Commercially successful food blogger and mother of three, Nora Holliday never imagined she would have the nerve, let alone time, to get involved an affair. Trapped in an unhappy marriage, she does whatever it takes to keep it all together. But when Nora runs into Gwen Landon’s husband at a hotel in Orlando, his easy kindness and warmth proves too tempting to resist. As their affair spirals dangerously out of control, it seems things can’t get more complicated—until Gwen turns up dead.
The Last Affair starts off with quite the bang with that opening line and scene. I knew I was going to be entertained by Margot Hunt’s writing and I was from beginning to end.
Margot Hunt takes your typical affair and turns into a fun story here by adding some sass and spunk to the writing and the unlikeable characters you love to hate.
The pace is easy and quick, with just the right amount of drama to the story to move it forward for me. The dynamics between the characters are engaging, and I found myself drawn into the drama by silently yelling at the characters. The ending came together well for me as I started to piece together who left “the woman’s blood-covered body splayed facedown in the grass”, in this “typical upscale Floridian backyard.”
THE LAST AFFAIR by MARGOT HUNT is an interesting, easy to read, easy-going, thrilling and fast-paced story that immediately piqued my interest and thoroughly entertained me.
THE LAST AFFAIR has an awesome opening scene! I have quite the fondness and love for when an author opens up her story to a revealing, horrific and ghastly murder scene, allowing us to be pretty much privy to who the victim is right at the very beginning. This technique definitely keeps me intrigued, my curiosity piqued, and turning those pages as fast as I possibly can right to the very end. I love being right dab in the centre of all the action as I’m trying to piece all those clues together of who those shocking and juicy suspects might be.
I wouldn’t necessarily say that there was anything new on the table here though but the character dynamics and antics had quite the unique spin to it that definitely gripped and thrilled me. I might have done some gasping and shaking my head numerous times at these characters.
A fast-paced, easy and thrilling read!
This is one of those books that you can fly through without having put much effort in. The pages and chapters quickly coast by as the storyline keeps you guessing. It was exactly what I was in the mood for. It kept me intrigued and entertained from start to finish. There were a few dramatic scenes, but nothing that overshadowed my enjoyment. The characters and their relationship dynamics were unique and interesting and the suspense kept me curious until the very end. This was my first book by this author and I look forward to reading more from her.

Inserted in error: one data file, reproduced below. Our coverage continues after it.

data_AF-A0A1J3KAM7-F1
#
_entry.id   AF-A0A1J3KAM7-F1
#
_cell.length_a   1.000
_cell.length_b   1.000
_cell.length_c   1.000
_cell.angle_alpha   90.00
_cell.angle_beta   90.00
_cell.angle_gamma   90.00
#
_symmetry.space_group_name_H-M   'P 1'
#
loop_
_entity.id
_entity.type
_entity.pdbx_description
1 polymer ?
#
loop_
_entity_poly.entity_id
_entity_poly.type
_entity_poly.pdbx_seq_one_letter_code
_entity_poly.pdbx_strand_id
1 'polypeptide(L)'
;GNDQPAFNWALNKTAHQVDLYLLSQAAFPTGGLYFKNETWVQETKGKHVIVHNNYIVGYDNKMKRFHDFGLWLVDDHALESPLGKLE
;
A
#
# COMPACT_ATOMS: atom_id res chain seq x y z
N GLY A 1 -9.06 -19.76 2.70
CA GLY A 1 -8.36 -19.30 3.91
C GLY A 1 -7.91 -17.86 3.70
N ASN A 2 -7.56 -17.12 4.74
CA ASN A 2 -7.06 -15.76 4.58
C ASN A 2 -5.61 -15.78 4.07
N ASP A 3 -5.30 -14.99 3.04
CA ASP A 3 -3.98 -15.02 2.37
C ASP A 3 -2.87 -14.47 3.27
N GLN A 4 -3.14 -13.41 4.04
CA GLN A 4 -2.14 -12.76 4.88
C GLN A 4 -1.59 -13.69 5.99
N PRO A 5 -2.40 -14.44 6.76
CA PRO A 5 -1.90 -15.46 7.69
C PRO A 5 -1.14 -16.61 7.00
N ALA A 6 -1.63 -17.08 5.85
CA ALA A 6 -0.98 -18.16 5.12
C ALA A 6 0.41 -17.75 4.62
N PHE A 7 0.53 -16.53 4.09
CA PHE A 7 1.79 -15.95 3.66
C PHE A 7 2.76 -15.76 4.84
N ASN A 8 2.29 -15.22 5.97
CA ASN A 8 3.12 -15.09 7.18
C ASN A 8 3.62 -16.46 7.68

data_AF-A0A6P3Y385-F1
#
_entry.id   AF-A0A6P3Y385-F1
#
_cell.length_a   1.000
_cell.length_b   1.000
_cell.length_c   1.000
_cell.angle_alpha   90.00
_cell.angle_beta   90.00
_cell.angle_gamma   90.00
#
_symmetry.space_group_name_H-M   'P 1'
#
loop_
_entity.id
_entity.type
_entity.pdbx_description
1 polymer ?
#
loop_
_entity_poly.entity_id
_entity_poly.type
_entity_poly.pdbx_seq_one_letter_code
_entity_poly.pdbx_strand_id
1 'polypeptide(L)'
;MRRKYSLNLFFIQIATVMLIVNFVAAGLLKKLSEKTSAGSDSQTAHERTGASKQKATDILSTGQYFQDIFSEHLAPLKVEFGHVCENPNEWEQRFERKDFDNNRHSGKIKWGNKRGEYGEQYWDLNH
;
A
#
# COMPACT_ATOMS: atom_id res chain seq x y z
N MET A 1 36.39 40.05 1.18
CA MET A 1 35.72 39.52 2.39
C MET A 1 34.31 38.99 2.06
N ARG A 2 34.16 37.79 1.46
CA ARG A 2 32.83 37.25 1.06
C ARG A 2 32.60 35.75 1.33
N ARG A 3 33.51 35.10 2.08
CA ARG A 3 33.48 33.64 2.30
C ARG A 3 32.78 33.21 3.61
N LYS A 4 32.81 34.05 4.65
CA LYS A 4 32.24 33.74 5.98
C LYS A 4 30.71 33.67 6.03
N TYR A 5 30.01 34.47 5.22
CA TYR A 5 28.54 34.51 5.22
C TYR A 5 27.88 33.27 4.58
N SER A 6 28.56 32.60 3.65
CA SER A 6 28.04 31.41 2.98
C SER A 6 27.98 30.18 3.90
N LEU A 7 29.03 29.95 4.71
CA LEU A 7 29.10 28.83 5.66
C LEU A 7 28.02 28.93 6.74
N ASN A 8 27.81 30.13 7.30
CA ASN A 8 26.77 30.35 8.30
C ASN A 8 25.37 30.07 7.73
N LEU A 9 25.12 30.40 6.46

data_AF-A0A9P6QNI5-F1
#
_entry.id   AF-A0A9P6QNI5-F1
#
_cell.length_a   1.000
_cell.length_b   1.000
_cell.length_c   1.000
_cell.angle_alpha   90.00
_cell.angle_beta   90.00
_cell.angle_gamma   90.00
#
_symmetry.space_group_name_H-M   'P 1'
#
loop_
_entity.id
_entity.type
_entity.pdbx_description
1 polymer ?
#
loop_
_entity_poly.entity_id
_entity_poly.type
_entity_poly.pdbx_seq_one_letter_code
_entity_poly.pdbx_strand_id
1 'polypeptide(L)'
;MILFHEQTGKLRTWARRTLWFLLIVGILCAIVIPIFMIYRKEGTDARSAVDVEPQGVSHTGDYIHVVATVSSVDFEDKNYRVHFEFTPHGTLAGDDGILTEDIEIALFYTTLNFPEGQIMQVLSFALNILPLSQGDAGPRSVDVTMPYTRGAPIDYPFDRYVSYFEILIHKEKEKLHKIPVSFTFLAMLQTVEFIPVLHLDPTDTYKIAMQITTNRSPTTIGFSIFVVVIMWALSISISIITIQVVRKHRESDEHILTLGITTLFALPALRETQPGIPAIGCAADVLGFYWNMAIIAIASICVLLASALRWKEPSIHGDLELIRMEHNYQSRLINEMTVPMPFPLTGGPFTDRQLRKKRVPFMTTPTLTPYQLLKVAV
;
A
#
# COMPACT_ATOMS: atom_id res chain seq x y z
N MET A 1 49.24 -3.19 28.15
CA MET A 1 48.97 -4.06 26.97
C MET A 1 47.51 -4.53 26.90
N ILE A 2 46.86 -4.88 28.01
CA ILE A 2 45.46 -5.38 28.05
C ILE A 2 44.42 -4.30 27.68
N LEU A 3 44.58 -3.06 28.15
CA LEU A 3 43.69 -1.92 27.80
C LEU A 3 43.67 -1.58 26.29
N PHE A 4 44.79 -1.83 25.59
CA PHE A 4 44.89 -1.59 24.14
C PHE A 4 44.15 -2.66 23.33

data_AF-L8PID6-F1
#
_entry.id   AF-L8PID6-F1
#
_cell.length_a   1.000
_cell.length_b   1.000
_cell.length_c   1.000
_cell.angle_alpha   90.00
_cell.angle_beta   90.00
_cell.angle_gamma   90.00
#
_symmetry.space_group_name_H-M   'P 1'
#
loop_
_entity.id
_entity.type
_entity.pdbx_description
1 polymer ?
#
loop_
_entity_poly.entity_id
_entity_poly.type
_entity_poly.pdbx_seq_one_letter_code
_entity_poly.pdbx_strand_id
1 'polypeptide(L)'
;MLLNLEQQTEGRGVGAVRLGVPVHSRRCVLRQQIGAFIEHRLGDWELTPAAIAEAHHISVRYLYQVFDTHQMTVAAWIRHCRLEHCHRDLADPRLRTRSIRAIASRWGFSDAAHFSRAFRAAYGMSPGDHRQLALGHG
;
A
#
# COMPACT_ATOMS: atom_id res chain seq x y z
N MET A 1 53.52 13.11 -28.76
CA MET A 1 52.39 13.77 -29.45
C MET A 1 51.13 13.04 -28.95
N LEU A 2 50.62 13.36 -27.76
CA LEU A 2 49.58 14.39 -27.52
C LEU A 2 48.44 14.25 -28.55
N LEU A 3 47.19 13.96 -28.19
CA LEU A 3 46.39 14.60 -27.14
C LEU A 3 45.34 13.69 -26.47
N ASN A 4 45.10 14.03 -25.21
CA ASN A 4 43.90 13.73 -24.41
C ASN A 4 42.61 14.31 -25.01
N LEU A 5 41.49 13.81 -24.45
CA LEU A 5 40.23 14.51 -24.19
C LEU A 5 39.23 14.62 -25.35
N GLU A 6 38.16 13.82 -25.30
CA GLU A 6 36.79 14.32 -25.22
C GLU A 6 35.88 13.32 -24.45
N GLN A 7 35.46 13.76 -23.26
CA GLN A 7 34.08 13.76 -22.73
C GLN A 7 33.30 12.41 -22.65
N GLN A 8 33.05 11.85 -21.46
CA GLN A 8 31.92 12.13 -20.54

Thank you so much Harlequin for our copies!
Norma’s Stats: Cover: An effective and fitting representation to storyline that depicts the storyline extremely well and really allows us to experience this story as if we were sneakily peeking in just like the cover suggests. Title: I wasn’t all that drawn to the title of this book as it just appeared to be another one of those “affair” stories. Boy was I wrong! Writing/Prose: Easy to follow, well-written, entertaining, immersive, and gripping. Plot: Engrossing, interesting, suspenseful, soapy, gripping, scandalous, fast-paced, and entertaining. Ending: I wasn’t completely in the dark but let me tell you that ending was totally awesome and I loved how it all played out. I might have found it a little off-putting though – the extreme end but regardless the author did a great job wrapping this one up. Overall: Would absolutely recommend if you are looking for an easy-going, relaxed, and mild domestic thriller to spend some time with. This was the perfect read and escape for me while I was resting at home. Thank you so much to Margot Hunt for making the time pass by so much easier!
Harlequin Books were kind enough to allow us to share an excerpt of this fabulous book with all of you…..
Other than the woman’s blood-covered body splayed facedown in the grass, it could have been any typical upscale Floridian backyard.
There was the ubiquitous pool with a water fountain feature, a patio furnished with both a dining set and outdoor sectional couch, and an enormous gas grill capable of cooking hamburgers by the dozen. A large pergola with a tropical vine trained over it covered part of the patio. The dining area was shaded by a black-and-white-striped awning. It was the very picture of suburban domestic bliss. It could have been the set for a commercial advertising anything from laundry detergent to allergy medicine.